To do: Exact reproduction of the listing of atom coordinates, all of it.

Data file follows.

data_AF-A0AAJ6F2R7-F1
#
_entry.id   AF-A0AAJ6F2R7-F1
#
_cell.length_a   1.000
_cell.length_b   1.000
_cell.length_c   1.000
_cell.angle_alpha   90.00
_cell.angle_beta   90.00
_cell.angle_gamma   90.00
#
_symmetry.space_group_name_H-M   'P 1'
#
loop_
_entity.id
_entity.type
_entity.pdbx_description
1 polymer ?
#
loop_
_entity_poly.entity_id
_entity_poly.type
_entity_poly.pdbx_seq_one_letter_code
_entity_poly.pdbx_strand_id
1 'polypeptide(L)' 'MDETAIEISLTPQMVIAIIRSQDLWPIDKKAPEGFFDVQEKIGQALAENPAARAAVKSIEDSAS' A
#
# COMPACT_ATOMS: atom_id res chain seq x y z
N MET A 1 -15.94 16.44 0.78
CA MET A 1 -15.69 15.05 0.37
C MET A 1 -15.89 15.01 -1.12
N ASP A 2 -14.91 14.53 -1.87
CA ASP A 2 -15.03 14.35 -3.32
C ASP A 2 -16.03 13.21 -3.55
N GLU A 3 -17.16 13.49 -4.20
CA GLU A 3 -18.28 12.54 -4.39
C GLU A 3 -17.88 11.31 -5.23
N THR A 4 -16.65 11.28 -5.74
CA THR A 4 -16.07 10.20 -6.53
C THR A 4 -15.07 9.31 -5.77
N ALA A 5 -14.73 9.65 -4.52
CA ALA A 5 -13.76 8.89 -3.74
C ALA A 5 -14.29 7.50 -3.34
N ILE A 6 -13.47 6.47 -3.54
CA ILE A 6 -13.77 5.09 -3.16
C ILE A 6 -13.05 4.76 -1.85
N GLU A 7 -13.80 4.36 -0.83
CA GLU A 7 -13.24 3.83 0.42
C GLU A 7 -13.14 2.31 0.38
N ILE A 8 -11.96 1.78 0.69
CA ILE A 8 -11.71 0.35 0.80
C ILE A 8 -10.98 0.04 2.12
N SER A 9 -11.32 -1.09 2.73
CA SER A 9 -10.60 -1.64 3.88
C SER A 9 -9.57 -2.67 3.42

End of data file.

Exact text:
data_AF-A0AAJ6F2R7-F1
#
_entry.id   AF-A0AAJ6F2R7-F1
#
_cell.length_a   1.000
_cell.length_b   1.000
_cell.length_c   1.000
_cell.angle_alpha   90.00
_cell.angle_beta   90.00
_cell.angle_gamma   90.00
#
_symmetry.space_group_name_H-M   'P 1'
#
loop_
_entity.id
_entity.type
_entity.pdbx_description
1 polymer ?
#
loop_
_entity_poly.entity_id
_entity_poly.type
_entity_poly.pdbx_seq_one_letter_code
_entity_poly.pdbx_strand_id
1 'polypeptide(L)' 'MDETAIEISLTPQMVIAIIRSQDLWPIDKKAPEGFFDVQEKIGQALAENPAARAAVKSIEDSAS' A
#
# COMPACT_ATOMS: atom_id res chain seq x y z
N MET A 1 -15.94 16.44 0.78
CA MET A 1 -15.69 15.05 0.37
C MET A 1 -15.89 15.01 -1.12
N ASP A 2 -14.91 14.53 -1.87
CA ASP A 2 -15.03 14.35 -3.32
C ASP A 2 -16.03 13.21 -3.55
N GLU A 3 -17.16 13.49 -4.20
CA GLU A 3 -18.28 12.54 -4.39
C GLU A 3 -17.88 11.31 -5.23
N THR A 4 -16.65 11.28 -5.74
CA THR A 4 -16.07 10.20 -6.53
C THR A 4 -15.07 9.31 -5.77
N ALA A 5 -14.73 9.65 -4.52
CA ALA A 5 -13.76 8.89 -3.74
C ALA A 5 -14.29 7.50 -3.34
N ILE A 6 -13.47 6.47 -3.54
CA ILE A 6 -13.77 5.09 -3.16
C ILE A 6 -13.05 4.76 -1.85
N GLU A 7 -13.80 4.36 -0.83
CA GLU A 7 -13.24 3.83 0.42
C GLU A 7 -13.14 2.31 0.38
N ILE A 8 -11.96 1.78 0.69
CA ILE A 8 -11.71 0.35 0.80
C ILE A 8 -10.98 0.04 2.12
N SER A 9 -11.32 -1.09 2.73
CA SER A 9 -10.60 -1.64 3.88
C SER A 9 -9.57 -2.67 3.42